I think Americans are very verbal and Aussies are more circumspect, and that can come across as being clearer. It can also come across as abrupt and cold. Some people find me to be abrupt and cold. That's just my personal style.
As much as the banking system may not be terribly popular, it is an essential part of the economy.
Salomon Brothers, E. F. Hutton, Shearson, Lehman, Smith Barney... all these firms disappear, and the Street just rolls on.
Cash as a physical entity will virtually cease to exist, with coins and checkbooks consigned to museums. As people conduct their financial transactions on hand-held devices made secure by advanced biometrics, even tipping will be done electronically.
I have a direct way of speaking. What I do is tend to lay out everything; I tend to tell people what I'm going to do and how I'm going to do it and what is success for us and what's not... without being too parochial about it, I think Aussies are more direct.
Banks should decide on dividend increases and share buybacks after receiving the results of stress tests, when they know how much capital regulators wish them to hold.
I'll be very clear about this: I'm not a fan of getting rid of Dodd-Frank.
There are elements of Dodd-Frank that clearly need to be curtailed.
The basic architecture of Dodd-Frank makes sense. At the same time, as a number of regulators and legislators have observed, the act was a complex effort that produced thousands of pages of rules.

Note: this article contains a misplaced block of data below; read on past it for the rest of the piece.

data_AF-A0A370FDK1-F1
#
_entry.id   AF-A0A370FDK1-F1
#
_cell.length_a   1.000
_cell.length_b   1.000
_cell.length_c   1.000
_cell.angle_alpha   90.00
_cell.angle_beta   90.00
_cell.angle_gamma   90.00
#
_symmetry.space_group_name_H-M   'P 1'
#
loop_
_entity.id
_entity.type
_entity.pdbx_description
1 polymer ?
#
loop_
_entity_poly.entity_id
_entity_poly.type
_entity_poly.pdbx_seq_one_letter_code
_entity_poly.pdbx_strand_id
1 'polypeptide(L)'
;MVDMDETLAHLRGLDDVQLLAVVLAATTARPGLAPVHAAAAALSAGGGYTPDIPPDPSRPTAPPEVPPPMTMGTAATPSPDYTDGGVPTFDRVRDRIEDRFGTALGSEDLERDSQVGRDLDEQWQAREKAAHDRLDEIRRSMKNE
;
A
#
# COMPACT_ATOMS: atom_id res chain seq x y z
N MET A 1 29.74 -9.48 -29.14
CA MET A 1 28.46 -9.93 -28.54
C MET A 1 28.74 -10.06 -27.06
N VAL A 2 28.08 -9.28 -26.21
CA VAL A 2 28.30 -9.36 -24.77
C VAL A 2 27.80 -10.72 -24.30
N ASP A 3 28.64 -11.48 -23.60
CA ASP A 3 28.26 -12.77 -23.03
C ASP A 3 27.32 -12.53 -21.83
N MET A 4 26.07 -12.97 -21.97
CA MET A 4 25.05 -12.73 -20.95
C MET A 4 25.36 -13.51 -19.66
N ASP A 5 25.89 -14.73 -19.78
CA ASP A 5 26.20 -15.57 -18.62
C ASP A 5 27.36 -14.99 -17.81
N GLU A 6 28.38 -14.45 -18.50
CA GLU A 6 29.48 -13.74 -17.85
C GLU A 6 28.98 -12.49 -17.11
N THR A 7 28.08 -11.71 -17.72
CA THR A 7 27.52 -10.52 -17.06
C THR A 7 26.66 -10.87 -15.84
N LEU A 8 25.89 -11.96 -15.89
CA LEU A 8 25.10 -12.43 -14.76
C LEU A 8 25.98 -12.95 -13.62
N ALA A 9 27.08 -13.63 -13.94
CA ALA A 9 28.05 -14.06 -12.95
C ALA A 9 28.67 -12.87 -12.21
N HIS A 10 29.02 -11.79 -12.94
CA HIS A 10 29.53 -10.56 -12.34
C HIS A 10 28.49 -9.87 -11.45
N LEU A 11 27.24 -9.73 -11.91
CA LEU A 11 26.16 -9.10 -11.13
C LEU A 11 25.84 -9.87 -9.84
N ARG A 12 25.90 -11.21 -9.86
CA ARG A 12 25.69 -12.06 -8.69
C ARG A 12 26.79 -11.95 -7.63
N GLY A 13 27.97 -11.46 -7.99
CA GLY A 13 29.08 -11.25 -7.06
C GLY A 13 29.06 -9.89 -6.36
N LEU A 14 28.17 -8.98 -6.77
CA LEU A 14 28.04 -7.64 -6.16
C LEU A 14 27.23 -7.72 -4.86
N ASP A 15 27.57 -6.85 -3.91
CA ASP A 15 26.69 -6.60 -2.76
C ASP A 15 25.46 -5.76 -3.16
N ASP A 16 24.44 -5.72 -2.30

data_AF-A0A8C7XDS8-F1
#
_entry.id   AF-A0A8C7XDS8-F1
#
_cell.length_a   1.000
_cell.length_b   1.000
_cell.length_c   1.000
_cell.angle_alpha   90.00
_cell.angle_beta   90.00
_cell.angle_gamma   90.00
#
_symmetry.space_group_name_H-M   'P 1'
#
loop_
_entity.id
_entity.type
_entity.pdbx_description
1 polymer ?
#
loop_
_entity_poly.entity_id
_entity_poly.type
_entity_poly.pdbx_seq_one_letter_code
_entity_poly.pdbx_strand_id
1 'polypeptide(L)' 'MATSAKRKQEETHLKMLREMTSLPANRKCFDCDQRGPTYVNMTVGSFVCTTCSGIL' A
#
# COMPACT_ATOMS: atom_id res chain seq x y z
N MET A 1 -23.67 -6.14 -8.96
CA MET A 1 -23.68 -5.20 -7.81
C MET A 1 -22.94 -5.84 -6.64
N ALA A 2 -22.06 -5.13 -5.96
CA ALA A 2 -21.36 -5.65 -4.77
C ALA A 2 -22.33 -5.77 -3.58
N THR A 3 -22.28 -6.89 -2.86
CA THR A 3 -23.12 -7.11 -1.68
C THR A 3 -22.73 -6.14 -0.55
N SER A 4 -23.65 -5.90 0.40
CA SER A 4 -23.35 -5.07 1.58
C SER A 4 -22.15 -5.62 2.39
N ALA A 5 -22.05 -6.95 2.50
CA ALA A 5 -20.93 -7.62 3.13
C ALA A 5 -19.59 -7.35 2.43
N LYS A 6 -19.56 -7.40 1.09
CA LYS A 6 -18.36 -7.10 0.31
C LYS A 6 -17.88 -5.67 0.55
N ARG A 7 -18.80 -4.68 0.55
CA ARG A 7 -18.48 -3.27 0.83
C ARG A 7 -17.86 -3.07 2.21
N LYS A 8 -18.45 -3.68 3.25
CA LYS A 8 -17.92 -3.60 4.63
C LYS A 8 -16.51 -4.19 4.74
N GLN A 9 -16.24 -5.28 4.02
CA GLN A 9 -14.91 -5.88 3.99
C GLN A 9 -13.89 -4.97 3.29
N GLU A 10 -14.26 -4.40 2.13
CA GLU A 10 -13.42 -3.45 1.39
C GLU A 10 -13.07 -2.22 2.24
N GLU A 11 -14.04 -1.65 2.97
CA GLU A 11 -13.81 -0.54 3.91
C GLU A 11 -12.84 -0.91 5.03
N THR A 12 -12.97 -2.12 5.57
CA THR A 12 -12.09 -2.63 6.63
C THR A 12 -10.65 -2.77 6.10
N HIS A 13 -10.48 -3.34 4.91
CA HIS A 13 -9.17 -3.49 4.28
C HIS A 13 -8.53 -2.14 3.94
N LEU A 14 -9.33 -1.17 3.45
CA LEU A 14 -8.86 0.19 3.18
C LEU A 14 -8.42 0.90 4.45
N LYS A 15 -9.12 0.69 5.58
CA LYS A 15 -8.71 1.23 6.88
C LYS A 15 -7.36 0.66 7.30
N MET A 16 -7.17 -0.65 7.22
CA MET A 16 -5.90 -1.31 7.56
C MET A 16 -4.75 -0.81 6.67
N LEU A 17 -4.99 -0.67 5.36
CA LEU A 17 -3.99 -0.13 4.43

Traditional consumer banking will come under extreme pressure as its central deposit-taking and lending functions are challenged by online savings vehicles, crowdfunding, and loan syndicating by such nontraditional competitors as insurance companies, pension and hedge funds.
The threshold question: Will banks continue to exist? The answer is yes, because society will still need the two essential functions they provide: mobilization of capital from providers to users, and facilitation of payments for goods and services.
From our perspective, just narrowly from the financial sector and from our institution, there's nothing good about Brexit.
I'm not that interested in just being around powerful people for the sake of it.
I'm married to a health-conscious American. I try to eat well, but definitely, as an Australian, you have some of the red meat, lamb, steak, barbecues as part of your culture.
Every now and then, markets behave like schoolchildren. They overreact, they run around like crazy.
You will not see, in my career, the kind of returns this industry had in 2005 and 2006 for a very simple reason - the banks were undercapitalized, and returns are a function of earnings and capital.
Bringing world leaders together as human beings rather than political machines is very important.